Wednesday, October 06, 2010

My Son is in a Musical

When I saw the flyer for Annie at the park, I froze. I was all at once thrilled and terrified. A theatre opportunity for Theo's age group, K-6, right here in Sunnyside? There was a part of me that was relieved when I looked at the flyer and saw we'd missed registration. I wouldn't have to bother asking myself if he could do this.

Then I got home and immediately regretted not taking down the info. So the next day I dragged my kids to the park in the rain and called the number on the flyer, leaving a voicemail. There was a website--I clicked thru on my Blackberry as the kids covered themselves in wet sand. I just couldn't wait. When I saw there was a fee to do the play, again the dual reactions came. It was both "GREAT! They'll take anyone if there's money involved" and "Ugh, so this is the state of kids' theatre education in Queens. They can't do it for free at school anymore, so we have to pay for it."

Theo's teacher knows I'm a drama nag. "Are you guys doing a play? Is there a drama after-school program? Is there a music class?" She was nice enough to put on an in-classroom play last year, and isn't sure if she can get permission to do it again this year, though she's going to try. PERMISSION! And Theo actually does have music this year, but the teacher is on maternity leave til January, so there are various subs til then.

I started to research theatre-related stuff for kids on the spectrum in NYC. Thought there would be a lot, but turns out, there isn't. At least not that I can find.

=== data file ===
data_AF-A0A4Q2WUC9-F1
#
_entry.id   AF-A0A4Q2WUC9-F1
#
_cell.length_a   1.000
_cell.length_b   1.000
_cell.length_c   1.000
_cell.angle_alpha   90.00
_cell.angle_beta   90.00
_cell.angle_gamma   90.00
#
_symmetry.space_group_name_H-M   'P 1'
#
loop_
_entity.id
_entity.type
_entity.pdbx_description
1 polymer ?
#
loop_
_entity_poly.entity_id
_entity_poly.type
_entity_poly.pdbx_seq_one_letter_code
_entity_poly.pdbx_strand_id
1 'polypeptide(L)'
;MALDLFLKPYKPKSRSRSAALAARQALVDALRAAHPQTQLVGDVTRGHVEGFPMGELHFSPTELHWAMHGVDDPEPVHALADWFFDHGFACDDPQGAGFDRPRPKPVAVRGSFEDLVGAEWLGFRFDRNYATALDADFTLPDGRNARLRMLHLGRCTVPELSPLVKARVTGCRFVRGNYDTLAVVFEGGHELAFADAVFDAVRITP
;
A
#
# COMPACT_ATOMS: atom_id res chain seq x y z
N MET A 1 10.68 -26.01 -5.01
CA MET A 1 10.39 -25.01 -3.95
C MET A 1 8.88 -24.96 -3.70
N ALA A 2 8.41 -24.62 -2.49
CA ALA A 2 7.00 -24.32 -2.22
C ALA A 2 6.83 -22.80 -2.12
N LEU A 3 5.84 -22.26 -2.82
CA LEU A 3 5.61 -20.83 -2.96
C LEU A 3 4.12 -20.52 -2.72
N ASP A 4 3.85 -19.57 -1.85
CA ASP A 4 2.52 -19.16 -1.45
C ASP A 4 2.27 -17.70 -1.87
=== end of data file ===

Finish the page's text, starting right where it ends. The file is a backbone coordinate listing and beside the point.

So when I thought about Annie, it just seemed like we had to go for it. I emailed Sofia, the director, and put "my son" in the subject line, knowing that these things can always use boys. Sneaky me.

Sure enough, she called and said she was so happy to see "son" in the subject line! There are about 25 kids in the show and only around 6 boys. She said I could bring him to her house to audition, and that most kids just sang Happy Birthday. I was in luck--the one song Theo really knows!

I spent the next few days teaching him the song "Tomorrow" just in case he could learn it before the audition, but as much as he liked the song, he couldn't memorize it. So Happy Birthday it was.

I was so jittery in Sofia's house. I had been working with Theo, and he promised me over and over again that he would sing using his nice voice. But then Sofia asked him to sing loud, like he was singing to the back of the room, and I knew he'd take that to mean, well, LOUD. He sang in his goofy voice and I asked him to sing nice, explaining to her that he has a goofy voice and a nice voice. She said "let's hear the goofy voice" and I immediately liked her and felt more comfortable. He sang "Happy Birthday dear Annie's mom." Despite all the prep, he still thought we were going to Annie's house. Luckily she got a kick out of it.